I'm revising questions on groups for exams, and I still can't quite understand what an Abelian group is. Please help me understand, if anyone could give me a more simple explanation.
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An Abelian group $G$ is a group $G$ such that the order of multiplication doesn't matter. Precisely: an Abelian group is such that $ab = ba$ for all $a,b \in G$.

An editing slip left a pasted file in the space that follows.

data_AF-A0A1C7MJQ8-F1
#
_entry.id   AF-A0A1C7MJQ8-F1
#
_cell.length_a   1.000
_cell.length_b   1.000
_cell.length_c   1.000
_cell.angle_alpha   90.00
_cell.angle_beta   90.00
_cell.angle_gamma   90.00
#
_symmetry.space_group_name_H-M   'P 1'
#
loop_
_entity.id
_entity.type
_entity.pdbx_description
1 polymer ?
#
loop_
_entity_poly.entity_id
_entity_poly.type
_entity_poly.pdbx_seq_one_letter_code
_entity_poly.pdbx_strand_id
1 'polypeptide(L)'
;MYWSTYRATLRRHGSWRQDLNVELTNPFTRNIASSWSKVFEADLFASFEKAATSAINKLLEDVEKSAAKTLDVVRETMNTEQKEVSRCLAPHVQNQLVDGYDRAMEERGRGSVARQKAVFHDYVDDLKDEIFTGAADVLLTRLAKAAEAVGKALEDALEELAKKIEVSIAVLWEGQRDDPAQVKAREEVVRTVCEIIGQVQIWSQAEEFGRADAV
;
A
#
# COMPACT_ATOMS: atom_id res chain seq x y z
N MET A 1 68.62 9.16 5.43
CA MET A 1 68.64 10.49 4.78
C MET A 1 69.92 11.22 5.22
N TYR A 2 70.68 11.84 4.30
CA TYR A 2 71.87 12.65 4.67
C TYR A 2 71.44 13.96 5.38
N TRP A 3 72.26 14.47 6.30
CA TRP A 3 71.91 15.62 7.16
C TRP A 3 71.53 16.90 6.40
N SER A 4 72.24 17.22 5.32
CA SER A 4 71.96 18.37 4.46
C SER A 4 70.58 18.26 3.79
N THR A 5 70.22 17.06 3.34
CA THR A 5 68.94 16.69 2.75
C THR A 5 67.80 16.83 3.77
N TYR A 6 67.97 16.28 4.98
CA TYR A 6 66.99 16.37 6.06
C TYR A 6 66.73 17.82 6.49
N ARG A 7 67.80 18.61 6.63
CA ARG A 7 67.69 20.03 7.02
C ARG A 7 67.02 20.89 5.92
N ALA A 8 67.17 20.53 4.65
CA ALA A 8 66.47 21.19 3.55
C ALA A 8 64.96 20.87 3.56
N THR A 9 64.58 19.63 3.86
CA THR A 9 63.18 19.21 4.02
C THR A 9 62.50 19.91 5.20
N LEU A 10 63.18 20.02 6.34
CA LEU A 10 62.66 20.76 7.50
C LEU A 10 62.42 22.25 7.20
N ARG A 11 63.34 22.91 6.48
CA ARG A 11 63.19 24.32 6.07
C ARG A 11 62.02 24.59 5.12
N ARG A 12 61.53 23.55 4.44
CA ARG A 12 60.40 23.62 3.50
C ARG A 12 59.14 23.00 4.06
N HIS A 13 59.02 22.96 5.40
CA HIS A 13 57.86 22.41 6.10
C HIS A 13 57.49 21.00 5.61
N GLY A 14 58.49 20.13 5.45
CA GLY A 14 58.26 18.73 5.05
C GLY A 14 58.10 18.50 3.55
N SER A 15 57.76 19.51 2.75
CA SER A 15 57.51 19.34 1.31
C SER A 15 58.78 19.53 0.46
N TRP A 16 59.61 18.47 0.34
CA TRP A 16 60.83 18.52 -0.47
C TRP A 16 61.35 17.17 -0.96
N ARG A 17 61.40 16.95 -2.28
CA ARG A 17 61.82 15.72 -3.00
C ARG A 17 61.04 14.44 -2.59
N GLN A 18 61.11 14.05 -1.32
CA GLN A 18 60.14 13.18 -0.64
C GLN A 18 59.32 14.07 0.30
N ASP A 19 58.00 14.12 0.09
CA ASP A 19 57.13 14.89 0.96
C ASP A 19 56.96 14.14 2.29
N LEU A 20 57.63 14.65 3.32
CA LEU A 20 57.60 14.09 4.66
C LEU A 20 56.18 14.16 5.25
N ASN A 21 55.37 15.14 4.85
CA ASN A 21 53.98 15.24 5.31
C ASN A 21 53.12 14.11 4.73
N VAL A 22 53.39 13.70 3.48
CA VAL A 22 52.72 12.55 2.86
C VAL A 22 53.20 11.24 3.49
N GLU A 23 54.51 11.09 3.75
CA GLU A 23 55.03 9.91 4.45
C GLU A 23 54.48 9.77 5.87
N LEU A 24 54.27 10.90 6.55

An example of an Abelian group: the integers.
A non-example: the group $S_3$ of permutations on 3 letters.
Very simply, Abelian groups are ones which satisfy the additional property of commutativity. That means for all elements $x$ and $y$ in the group $G$, $xy = yx$. So the following are Abelian (or commutative) groups:
The following are groups that are not Abelian: